Jeff Proposki was four years old when he was first infected. The year was 1974, and his Dad brought home a brand-new Saab 99LE. Over the years Jeff learned about cars, and this olive green Saab in particular, from his father. "Dad fixed it himself. Many nights as a kid I helped him work on it. Everybody who knows Saabs knows they need their TLC. He's a large part of my interest in Saabs," said Proposki.
When Jeff finally got his driver's license, his Dad handed him the keys to the faithful little 99. By then the prognosis was hopeless, and Jeff was fully infected with the "Saab Disease."
"We're all weird in our own way when it comes to Saabs," Proposki continued. "It's a different ownership. I don't know what it is about Saabs."
Proposki now owns and runs the Rockport Service Station (Rockport, Mass.), where servicing Saabs is a specialty. "I had an opportunity in 1991 to purchase an already established business. It was perfect timing. I had just graduated (from Franklin Institute in Boston) with an Associates Degree in Automotive Technology. I built the Saab business myself, just by word-of-mouth," he said. "There are a lot of Saab owners in this area and in New England for that matter."
It was in 1991 that Proposki also purchased the 1988 Saab 900 SPG (Special Performance Group) featured in this story, "Just through my own expertise, owning my own shop, I started to modify it, a little here, a little there. I had started to get into amateur road racing, doing driving schools at places like Watkins Glen, Lime Rock and New Hampshire International Speedway. I always wanted a little more power, a little more performance and kept up-classing myself."
A regular at the Saab Owners National Convention, Proposki installed a new suspension in time for the 1997 meet in Waterville Valley, N.H. Heavy-duty Bilstein shocks were teamed with 1.5-in. lowering Jamex Springs and located by new reinforced lower A-arms and TRW balljoints. Polyurethane bushings replaced the stock units and also hold the Swedish Auto Specialties (SAS) 25mm swaybars. Proposki finds the suspension "always impresses passengers on the track."
He had already started to think about freshening the rest of the 900 when "Saab came out with its Viggen, in that BLUE," said Proposki. "I'm such a fan of the classic 900 that I figured I would make my own Viggen. I based a lot of the changes on that car. That's why I did what I did, but I went the whole 9 yards, keeping my car somewhat streetable but fully ready for the track at all times."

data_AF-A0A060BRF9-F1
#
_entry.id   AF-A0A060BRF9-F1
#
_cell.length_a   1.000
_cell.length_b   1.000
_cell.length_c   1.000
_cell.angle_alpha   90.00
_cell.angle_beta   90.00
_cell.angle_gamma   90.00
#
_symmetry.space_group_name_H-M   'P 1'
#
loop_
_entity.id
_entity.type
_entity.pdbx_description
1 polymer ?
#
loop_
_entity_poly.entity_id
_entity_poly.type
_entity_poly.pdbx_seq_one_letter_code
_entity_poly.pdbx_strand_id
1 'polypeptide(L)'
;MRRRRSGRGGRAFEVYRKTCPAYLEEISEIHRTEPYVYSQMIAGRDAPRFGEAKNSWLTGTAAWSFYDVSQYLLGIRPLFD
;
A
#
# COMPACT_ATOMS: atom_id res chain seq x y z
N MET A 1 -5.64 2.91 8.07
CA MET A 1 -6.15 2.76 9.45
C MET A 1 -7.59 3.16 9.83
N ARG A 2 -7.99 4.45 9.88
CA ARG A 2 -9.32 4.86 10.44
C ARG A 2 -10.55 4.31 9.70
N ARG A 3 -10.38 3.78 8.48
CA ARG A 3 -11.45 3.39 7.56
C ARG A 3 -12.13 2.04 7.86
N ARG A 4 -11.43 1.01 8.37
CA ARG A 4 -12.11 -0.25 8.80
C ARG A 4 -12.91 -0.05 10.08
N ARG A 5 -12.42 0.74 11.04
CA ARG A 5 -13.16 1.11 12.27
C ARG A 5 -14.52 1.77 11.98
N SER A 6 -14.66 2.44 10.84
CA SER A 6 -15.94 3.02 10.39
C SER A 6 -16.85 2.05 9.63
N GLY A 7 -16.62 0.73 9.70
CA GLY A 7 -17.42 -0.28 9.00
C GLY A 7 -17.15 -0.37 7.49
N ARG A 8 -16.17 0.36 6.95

In the fall of 1999 Proposki started his project. The car now had 180,000 miles on the clock, including 20,000 "tough duty" track miles. "As I got into it, my body guy said, 'We need to paint this car.' That's when the snowball happened." With visions of Lightning Blue Viggens guiding the way, "The car came apart-totally, absolutely totally apart." Everything came off or out, and the remaining metal was chemically stripped. The shell went to Dan Page Race Cars (known for its Top Fuel and Pro Stock dragster chassis) for a full rollcage. There was just enough room after the black cage was welded in to allow Proposki to sneak in a new headliner.
Julian Miller's shop, Sublime Restorations in Rowley, Mass., is responsible for the re-born 900's perfect Lightning Blue paint. The 900's exterior is 100-percent Saab despite the unique look. The "Airflow" body kit (bumper covers, side vent covers and rear dcor panel) and "whale-tail" spoiler are rare and desirable factory pieces once offered for the 900. The side cladding and flares are stock SPG bits. The gill-like air intake is a 900 hood vent Miller seamlessly grafted into the left front fender. Even the antenna is from a Viggen.